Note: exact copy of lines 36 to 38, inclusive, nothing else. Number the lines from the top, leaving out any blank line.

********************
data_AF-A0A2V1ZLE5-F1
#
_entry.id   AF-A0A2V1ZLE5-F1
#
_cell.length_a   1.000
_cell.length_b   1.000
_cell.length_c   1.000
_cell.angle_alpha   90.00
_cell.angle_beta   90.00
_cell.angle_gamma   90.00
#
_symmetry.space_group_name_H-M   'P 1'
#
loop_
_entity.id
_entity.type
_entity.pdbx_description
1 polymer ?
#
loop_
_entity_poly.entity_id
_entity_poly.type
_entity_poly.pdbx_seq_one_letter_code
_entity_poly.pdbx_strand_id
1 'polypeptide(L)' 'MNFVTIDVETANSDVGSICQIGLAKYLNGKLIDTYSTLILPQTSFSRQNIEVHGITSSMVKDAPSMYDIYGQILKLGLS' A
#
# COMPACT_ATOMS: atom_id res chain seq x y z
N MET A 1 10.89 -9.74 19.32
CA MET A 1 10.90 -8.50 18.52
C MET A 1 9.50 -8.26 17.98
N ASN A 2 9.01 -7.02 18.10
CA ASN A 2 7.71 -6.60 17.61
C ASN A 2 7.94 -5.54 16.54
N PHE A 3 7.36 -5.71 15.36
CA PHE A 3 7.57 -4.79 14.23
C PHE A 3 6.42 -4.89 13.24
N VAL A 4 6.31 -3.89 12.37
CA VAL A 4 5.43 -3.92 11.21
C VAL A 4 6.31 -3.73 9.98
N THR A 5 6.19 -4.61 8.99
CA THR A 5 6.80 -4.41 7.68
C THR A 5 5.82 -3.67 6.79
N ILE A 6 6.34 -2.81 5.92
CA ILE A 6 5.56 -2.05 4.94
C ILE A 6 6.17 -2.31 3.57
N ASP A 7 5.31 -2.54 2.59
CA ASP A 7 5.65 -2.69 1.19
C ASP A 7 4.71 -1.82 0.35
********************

C PHE A 3 6.42 -4.89 13.24
N VAL A 4 6.31 -3.89 12.37
CA VAL A 4 5.43 -3.92 11.21